Dan Cherry

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Mar 3, 2000
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Dave,

you wrote:
Why was it place where it could get in the way? Is seems a bit fishy to me.
------------------------------------------------------------------------

Indeed, especially when there is no mention of any problems involving boat 3 and the starboard sounding spar.
Was it really in the way, or did those involved with the launching of boat 4 not know what it was and how to release it and felt they had to chop it away, did Hemming not feel the episode was worth mentioning, or did any of it happen at all?

On the other hand, memory and perspective is a consensus reality. I am currently conducting interviews for a research project about another disaster event and have encountered contradictory information, information that each person remembers with conviction. What to do - what to believe, what to discount - that's the fun part of research...
 

Brian Caza

Member
Aug 21, 2017
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In 1977 in reply to a number of questions Walter Lord wrote:
"..... except for the intriguing riddle about the sounding spar. My source for the need to chop it down was a newspaper interview with Storekeeper Jack Foley, later included in Jay Mowbray's The Sinking of the Titanic. But reporters often get things mixed up, so last night I got out Harland & Wolff's rigging plan of the Titanic, and also some photo close-ups of her port side in an effort to see exactly where the sounding spar was located. According to the rigging plan its hinge was between Boats 2 and 4 and it folded against the deck right underneath Boat 2. But according to the photographs it clearly folds the other way, against Boat 4, and would clearly have been a hindrance in lowering the Boat. The trouble is, I should think it would have been necessary to chop it loose before the Boat was lowered at all, rather than after it had been lowered to the level of A Deck. Possibly the reporter got it wrong, or Foley had his sequence wrong, and the sounding spar was chopped free before they began to lower the Boat. Or possibly they managed to get it level with Deck A, but then the sounding spar got tangled in the falls and they then had to chop it free. In any case, I'm satisfied it must have been a major problem."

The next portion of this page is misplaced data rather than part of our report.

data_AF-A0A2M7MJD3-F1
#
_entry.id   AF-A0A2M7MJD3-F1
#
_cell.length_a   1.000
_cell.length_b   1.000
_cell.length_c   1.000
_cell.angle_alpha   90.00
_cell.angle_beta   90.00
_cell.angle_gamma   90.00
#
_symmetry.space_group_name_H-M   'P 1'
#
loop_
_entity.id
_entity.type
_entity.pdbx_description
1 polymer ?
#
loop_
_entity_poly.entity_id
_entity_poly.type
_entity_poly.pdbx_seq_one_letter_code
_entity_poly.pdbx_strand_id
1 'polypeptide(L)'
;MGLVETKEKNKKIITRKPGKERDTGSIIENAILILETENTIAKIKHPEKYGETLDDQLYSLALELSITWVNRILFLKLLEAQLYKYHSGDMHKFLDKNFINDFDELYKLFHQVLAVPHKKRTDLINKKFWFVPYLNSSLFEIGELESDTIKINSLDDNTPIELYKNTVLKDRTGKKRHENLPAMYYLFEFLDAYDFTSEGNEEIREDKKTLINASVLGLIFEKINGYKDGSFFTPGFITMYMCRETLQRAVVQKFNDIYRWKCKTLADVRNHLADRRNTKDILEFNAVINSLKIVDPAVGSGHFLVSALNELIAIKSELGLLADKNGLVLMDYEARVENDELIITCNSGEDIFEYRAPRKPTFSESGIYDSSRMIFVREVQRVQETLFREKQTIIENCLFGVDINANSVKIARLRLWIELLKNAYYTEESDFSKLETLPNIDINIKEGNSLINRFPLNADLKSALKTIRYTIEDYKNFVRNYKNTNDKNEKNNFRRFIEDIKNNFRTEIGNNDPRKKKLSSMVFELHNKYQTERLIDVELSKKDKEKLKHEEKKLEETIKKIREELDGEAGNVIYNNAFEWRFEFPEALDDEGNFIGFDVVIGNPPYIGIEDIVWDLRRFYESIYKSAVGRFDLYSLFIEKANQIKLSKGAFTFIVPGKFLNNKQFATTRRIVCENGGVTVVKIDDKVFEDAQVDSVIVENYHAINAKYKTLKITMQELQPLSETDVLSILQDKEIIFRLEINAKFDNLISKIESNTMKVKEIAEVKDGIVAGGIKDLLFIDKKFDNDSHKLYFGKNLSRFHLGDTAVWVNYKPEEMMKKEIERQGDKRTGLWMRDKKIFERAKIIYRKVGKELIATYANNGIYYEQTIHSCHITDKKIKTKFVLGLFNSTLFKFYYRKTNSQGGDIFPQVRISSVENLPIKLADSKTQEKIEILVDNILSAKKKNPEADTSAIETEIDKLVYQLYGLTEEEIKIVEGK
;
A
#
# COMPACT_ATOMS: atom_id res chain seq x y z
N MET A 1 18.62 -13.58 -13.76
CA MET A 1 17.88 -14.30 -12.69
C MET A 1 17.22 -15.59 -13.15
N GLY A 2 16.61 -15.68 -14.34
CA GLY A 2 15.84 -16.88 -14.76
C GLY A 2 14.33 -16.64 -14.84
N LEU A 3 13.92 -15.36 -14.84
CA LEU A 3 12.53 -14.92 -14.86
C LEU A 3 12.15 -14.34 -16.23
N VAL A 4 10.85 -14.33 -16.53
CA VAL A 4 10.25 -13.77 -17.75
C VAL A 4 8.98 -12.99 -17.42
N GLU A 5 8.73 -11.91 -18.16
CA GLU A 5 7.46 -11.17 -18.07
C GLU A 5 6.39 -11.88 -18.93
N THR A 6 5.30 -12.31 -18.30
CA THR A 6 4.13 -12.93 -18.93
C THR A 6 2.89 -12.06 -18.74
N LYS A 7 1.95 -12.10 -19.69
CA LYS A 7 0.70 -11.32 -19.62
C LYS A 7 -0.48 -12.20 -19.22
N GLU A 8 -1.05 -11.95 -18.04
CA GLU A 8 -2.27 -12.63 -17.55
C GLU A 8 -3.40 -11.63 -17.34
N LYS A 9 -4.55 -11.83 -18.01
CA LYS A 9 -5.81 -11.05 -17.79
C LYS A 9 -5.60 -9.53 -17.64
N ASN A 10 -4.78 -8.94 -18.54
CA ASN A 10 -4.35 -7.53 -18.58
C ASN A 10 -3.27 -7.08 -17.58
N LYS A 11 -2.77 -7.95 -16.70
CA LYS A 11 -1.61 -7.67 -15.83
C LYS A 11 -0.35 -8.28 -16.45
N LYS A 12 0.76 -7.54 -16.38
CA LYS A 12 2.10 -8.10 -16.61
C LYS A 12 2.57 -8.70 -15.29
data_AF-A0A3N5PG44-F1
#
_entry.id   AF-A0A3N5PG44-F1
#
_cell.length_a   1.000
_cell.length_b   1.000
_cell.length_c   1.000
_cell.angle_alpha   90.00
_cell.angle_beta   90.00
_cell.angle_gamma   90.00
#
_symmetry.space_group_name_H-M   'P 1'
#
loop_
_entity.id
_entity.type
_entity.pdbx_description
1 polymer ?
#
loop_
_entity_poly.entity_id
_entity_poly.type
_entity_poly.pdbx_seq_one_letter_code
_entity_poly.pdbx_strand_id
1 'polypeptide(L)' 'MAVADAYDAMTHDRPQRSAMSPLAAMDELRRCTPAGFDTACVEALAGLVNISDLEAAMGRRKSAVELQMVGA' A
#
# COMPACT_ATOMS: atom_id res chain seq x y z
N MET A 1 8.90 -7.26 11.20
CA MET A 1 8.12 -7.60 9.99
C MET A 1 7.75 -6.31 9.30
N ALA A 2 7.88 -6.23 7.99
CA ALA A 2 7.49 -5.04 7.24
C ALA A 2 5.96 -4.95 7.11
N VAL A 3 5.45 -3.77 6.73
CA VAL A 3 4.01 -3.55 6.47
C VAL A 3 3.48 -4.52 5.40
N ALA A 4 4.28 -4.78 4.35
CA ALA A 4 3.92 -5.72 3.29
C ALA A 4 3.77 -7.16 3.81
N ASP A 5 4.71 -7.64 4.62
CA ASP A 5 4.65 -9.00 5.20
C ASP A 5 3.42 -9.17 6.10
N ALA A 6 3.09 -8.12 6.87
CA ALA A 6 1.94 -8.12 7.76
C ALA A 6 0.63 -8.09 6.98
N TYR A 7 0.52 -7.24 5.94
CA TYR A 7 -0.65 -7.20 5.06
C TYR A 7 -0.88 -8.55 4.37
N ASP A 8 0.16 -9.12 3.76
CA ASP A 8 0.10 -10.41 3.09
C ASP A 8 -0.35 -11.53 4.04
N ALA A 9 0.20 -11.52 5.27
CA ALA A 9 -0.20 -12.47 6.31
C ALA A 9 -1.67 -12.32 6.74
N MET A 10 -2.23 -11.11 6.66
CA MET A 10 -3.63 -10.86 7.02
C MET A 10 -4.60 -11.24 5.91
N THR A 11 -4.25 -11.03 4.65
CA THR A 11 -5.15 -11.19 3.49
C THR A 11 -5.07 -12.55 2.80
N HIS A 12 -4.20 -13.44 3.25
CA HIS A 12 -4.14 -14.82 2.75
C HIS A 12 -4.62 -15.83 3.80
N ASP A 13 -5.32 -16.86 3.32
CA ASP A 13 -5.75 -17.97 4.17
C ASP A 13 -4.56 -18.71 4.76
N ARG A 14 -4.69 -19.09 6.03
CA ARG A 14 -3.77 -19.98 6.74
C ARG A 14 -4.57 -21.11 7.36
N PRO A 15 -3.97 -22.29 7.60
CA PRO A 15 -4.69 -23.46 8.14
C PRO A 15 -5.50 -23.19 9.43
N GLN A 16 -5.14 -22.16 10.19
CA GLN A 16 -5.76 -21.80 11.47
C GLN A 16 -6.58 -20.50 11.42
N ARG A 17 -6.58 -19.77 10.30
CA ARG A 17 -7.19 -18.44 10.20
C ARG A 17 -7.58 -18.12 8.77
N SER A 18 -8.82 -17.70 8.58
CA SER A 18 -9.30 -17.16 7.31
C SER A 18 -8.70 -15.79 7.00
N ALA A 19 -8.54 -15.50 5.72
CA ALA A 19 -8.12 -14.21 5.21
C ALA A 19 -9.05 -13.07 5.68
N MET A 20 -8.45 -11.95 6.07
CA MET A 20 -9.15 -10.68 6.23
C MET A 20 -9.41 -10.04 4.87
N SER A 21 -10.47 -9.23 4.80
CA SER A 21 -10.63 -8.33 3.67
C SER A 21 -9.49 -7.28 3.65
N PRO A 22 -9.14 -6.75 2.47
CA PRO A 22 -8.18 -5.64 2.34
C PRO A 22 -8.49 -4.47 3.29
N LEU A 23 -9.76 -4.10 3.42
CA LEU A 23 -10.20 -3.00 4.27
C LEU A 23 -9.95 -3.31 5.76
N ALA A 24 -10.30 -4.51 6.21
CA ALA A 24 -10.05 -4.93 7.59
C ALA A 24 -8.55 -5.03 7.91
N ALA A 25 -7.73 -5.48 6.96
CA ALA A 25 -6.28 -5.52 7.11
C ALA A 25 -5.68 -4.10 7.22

Lester
Can someone provide me with more details about the newspaper interview with Jack Foley? John (Jack) Foley was my Great Great Great Grandfather and I am trying to get as much info as possible.